"It doesn't matter what their sexual preference is!" OK, now that we've got that off our chests, let's move on. There was a time, many years ago, when Hollywood was forced to hide all of its gay characters from the censors. Though there are traces of this all the way back to the beginnings of film (and still a legacy of it today) it truly began in 1930 with the Motion Picture Production Code, otherwise known as the Hays Code (named after the President of the Motion Picture Producers and Distributors of America (MPPDA), Will H. Hays).
The Hays Code was a set of religious guidelines that restricted sinful activity being shown on screen, lest it corrupt the general public. One such example of banned "sinful" behavior was homosexuality. This led to the creation of the "sissy," a character-type that could get around the censors while portraying a certain set of characteristics. Unfortunately, most of these characters were villains or victims, hardly a glowing association for the gay population. There are many examples of gay characters hidden in the films released under the Hays Code years from 1930 to 1968. We have included a couple herein, and also showcased more recent ones as well. After 1968, gay characters had more freedom, but that doesn't mean they always came out on-screen either. After all, not all heterosexual characters announce their preference, so why should the gay characters?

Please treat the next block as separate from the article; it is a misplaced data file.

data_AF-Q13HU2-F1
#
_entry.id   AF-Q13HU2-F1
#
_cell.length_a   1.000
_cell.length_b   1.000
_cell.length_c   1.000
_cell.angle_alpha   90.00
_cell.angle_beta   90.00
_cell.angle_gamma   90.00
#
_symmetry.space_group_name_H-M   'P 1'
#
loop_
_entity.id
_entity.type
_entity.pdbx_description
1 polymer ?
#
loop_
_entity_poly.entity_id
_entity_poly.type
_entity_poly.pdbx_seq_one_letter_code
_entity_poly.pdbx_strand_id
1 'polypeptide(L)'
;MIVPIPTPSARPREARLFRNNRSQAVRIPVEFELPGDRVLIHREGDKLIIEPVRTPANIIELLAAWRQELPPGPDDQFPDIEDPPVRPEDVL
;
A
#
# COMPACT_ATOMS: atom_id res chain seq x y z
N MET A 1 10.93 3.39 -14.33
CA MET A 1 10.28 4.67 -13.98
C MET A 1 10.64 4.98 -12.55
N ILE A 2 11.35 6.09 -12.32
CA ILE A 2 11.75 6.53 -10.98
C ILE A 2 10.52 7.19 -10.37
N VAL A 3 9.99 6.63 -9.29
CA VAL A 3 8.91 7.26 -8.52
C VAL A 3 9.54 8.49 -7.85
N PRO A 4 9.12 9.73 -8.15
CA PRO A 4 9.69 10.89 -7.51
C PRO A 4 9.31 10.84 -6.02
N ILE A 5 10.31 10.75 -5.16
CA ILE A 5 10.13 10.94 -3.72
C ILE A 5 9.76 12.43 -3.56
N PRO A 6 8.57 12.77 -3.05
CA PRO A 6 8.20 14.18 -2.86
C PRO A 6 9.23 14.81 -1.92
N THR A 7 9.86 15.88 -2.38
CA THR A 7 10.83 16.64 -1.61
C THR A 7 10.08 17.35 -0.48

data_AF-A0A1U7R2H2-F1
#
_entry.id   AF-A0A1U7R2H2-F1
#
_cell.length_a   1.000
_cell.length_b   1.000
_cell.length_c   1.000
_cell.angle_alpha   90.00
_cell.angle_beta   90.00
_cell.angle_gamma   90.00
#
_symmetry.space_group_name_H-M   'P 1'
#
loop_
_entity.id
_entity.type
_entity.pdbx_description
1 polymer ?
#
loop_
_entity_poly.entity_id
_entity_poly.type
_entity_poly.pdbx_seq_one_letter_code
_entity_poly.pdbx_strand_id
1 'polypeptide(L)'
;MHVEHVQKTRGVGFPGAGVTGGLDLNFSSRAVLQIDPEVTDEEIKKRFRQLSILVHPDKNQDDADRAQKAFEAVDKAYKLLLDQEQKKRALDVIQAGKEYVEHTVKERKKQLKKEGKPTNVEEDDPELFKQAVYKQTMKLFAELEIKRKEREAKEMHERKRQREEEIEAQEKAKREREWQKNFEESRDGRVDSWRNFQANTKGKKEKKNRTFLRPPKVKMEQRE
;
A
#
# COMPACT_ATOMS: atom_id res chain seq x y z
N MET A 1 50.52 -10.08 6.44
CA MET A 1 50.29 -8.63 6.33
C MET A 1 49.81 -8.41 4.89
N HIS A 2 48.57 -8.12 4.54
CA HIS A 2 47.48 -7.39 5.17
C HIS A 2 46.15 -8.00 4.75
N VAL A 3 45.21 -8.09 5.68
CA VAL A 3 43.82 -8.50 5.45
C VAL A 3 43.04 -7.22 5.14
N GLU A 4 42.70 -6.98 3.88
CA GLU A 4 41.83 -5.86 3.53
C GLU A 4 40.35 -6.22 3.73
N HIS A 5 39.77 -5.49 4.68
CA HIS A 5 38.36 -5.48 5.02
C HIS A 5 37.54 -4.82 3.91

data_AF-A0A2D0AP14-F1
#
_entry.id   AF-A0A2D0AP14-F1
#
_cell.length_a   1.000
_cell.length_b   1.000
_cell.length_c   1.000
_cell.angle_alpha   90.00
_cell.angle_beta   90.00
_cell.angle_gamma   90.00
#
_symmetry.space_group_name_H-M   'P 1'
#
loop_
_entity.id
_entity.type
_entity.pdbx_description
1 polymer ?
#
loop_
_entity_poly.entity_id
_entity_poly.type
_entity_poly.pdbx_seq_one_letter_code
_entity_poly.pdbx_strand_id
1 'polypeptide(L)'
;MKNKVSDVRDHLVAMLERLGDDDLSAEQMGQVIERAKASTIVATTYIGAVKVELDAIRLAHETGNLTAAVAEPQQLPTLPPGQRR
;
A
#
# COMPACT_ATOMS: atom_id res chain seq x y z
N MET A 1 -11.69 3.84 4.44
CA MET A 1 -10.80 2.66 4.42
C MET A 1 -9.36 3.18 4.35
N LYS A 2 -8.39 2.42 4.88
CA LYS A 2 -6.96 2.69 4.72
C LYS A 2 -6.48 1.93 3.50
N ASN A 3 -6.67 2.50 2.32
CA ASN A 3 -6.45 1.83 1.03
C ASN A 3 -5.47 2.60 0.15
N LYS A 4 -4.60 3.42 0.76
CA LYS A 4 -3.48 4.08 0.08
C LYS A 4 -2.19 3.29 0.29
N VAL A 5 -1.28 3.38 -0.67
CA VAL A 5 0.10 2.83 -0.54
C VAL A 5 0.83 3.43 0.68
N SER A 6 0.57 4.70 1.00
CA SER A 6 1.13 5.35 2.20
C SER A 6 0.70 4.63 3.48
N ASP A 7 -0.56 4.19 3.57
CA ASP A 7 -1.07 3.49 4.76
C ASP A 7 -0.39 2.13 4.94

Well, this list isn't about characters whose sexuality is overly ambiguous. This is about those gay characters who didn't come out verbally because they were so obviously gay they never needed to. Still, because the average film lens is so focused on heterosexuality, most film fans just see gay characters in the "default setting." Basically, if a character doesn't say they're gay, they’re not. We're here to tell you that's not true. If you've been paying attention at all, some of these are probably already known to you, but you'd be surprised at how many people watch films on auto-pilot. Here are 15 film characters you never knew were gay. Well, you kind of did, but weren't for sure.